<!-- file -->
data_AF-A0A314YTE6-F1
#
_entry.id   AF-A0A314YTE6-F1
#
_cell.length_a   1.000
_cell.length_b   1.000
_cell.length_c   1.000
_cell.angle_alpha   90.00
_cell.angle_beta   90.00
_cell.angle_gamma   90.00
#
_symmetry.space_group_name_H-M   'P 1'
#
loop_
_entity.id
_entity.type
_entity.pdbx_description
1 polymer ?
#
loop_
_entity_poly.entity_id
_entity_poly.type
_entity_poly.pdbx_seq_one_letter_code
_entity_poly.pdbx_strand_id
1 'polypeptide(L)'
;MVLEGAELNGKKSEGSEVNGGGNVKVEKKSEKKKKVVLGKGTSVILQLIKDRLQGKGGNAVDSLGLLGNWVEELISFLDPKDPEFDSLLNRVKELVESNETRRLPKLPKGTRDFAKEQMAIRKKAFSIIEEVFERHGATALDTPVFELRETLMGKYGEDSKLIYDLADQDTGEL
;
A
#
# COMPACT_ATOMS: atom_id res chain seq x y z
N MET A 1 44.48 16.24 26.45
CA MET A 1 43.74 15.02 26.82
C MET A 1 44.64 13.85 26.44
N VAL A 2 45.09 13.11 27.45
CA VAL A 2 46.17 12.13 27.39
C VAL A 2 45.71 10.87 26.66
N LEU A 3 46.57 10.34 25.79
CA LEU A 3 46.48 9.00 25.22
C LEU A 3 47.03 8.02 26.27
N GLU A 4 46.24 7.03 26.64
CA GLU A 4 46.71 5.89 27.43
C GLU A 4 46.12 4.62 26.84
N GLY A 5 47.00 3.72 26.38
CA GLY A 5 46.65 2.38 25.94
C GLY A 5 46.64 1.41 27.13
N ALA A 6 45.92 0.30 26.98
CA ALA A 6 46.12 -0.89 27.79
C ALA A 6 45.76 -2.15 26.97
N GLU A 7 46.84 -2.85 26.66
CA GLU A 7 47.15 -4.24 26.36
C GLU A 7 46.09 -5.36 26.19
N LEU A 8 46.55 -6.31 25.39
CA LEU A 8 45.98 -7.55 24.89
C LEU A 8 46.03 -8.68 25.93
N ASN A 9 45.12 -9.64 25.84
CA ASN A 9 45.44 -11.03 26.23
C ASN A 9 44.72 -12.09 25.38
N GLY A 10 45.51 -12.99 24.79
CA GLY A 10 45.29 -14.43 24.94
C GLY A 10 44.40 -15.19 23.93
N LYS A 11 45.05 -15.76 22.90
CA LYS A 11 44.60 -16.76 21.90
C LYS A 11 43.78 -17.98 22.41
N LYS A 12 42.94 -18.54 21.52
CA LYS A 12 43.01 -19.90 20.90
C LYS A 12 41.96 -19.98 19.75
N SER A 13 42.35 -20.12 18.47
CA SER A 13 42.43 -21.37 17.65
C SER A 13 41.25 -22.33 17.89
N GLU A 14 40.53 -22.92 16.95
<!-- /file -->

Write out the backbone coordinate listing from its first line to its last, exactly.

data_AF-A0A314YTE6-F1
#
_entry.id   AF-A0A314YTE6-F1
#
_cell.length_a   1.000
_cell.length_b   1.000
_cell.length_c   1.000
_cell.angle_alpha   90.00
_cell.angle_beta   90.00
_cell.angle_gamma   90.00
#
_symmetry.space_group_name_H-M   'P 1'
#
loop_
_entity.id
_entity.type
_entity.pdbx_description
1 polymer ?
#
loop_
_entity_poly.entity_id
_entity_poly.type
_entity_poly.pdbx_seq_one_letter_code
_entity_poly.pdbx_strand_id
1 'polypeptide(L)'
;MVLEGAELNGKKSEGSEVNGGGNVKVEKKSEKKKKVVLGKGTSVILQLIKDRLQGKGGNAVDSLGLLGNWVEELISFLDPKDPEFDSLLNRVKELVESNETRRLPKLPKGTRDFAKEQMAIRKKAFSIIEEVFERHGATALDTPVFELRETLMGKYGEDSKLIYDLADQDTGEL
;
A
#
# COMPACT_ATOMS: atom_id res chain seq x y z
N MET A 1 44.48 16.24 26.45
CA MET A 1 43.74 15.02 26.82
C MET A 1 44.64 13.85 26.44
N VAL A 2 45.09 13.11 27.45
CA VAL A 2 46.17 12.13 27.39
C VAL A 2 45.71 10.87 26.66
N LEU A 3 46.57 10.34 25.79
CA LEU A 3 46.48 9.00 25.22
C LEU A 3 47.03 8.02 26.27
N GLU A 4 46.24 7.03 26.64
CA GLU A 4 46.71 5.89 27.43
C GLU A 4 46.12 4.62 26.84
N GLY A 5 47.00 3.72 26.38
CA GLY A 5 46.65 2.38 25.94
C GLY A 5 46.64 1.41 27.13
N ALA A 6 45.92 0.30 26.98
CA ALA A 6 46.12 -0.89 27.79
C ALA A 6 45.76 -2.15 26.97
N GLU A 7 46.84 -2.85 26.66
CA GLU A 7 47.15 -4.24 26.36
C GLU A 7 46.09 -5.36 26.19
N LEU A 8 46.55 -6.31 25.39
CA LEU A 8 45.98 -7.55 24.89
C LEU A 8 46.03 -8.68 25.93
N ASN A 9 45.12 -9.64 25.84
CA ASN A 9 45.44 -11.03 26.23
C ASN A 9 44.72 -12.09 25.38
N GLY A 10 45.51 -12.99 24.79
CA GLY A 10 45.29 -14.43 24.94
C GLY A 10 44.40 -15.19 23.93
N LYS A 11 45.05 -15.76 22.90
CA LYS A 11 44.60 -16.76 21.90
C LYS A 11 43.78 -17.98 22.41
N LYS A 12 42.94 -18.54 21.52
CA LYS A 12 43.01 -19.90 20.90
C LYS A 12 41.96 -19.98 19.75
N SER A 13 42.35 -20.12 18.47
CA SER A 13 42.43 -21.37 17.65
C SER A 13 41.25 -22.33 17.89
N GLU A 14 40.53 -22.92 16.95